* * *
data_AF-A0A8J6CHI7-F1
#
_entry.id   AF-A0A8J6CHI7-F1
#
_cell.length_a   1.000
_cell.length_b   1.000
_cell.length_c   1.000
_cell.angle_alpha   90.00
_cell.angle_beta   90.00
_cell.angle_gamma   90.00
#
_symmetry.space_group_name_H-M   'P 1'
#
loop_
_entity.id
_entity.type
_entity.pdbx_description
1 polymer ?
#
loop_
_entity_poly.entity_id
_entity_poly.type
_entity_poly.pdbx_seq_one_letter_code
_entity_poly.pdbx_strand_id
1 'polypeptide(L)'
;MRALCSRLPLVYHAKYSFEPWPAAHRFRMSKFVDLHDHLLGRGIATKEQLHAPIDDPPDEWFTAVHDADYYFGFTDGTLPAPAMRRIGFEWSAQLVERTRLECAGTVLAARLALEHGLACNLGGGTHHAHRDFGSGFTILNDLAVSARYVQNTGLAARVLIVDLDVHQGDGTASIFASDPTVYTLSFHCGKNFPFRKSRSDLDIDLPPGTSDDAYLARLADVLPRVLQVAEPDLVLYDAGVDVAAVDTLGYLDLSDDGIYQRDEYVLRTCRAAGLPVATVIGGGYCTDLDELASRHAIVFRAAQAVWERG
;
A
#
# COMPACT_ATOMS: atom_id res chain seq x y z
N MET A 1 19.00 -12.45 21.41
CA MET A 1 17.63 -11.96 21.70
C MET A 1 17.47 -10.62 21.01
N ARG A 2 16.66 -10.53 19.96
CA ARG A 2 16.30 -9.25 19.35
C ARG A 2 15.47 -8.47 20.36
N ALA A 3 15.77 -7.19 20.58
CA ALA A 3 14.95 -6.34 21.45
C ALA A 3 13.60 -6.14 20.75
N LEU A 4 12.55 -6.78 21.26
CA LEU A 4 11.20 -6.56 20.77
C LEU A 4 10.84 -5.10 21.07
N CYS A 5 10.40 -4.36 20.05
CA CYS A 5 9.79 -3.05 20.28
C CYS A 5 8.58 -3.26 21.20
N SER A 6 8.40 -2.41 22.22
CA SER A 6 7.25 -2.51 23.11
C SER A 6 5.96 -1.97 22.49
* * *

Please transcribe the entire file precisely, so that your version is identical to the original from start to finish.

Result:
data_AF-A0A8J6CHI7-F1
#
_entry.id   AF-A0A8J6CHI7-F1
#
_cell.length_a   1.000
_cell.length_b   1.000
_cell.length_c   1.000
_cell.angle_alpha   90.00
_cell.angle_beta   90.00
_cell.angle_gamma   90.00
#
_symmetry.space_group_name_H-M   'P 1'
#
loop_
_entity.id
_entity.type
_entity.pdbx_description
1 polymer ?
#
loop_
_entity_poly.entity_id
_entity_poly.type
_entity_poly.pdbx_seq_one_letter_code
_entity_poly.pdbx_strand_id
1 'polypeptide(L)'
;MRALCSRLPLVYHAKYSFEPWPAAHRFRMSKFVDLHDHLLGRGIATKEQLHAPIDDPPDEWFTAVHDADYYFGFTDGTLPAPAMRRIGFEWSAQLVERTRLECAGTVLAARLALEHGLACNLGGGTHHAHRDFGSGFTILNDLAVSARYVQNTGLAARVLIVDLDVHQGDGTASIFASDPTVYTLSFHCGKNFPFRKSRSDLDIDLPPGTSDDAYLARLADVLPRVLQVAEPDLVLYDAGVDVAAVDTLGYLDLSDDGIYQRDEYVLRTCRAAGLPVATVIGGGYCTDLDELASRHAIVFRAAQAVWERG
;
A
#
# COMPACT_ATOMS: atom_id res chain seq x y z
N MET A 1 19.00 -12.45 21.41
CA MET A 1 17.63 -11.96 21.70
C MET A 1 17.47 -10.62 21.01
N ARG A 2 16.66 -10.53 19.96
CA ARG A 2 16.30 -9.25 19.35
C ARG A 2 15.47 -8.47 20.36
N ALA A 3 15.77 -7.19 20.58
CA ALA A 3 14.95 -6.34 21.45
C ALA A 3 13.60 -6.14 20.75
N LEU A 4 12.55 -6.78 21.26
CA LEU A 4 11.20 -6.56 20.77
C LEU A 4 10.84 -5.10 21.07
N CYS A 5 10.40 -4.36 20.05
CA CYS A 5 9.79 -3.05 20.28
C CYS A 5 8.58 -3.26 21.20
N SER A 6 8.40 -2.41 22.22
CA SER A 6 7.25 -2.51 23.11
C SER A 6 5.96 -1.97 22.49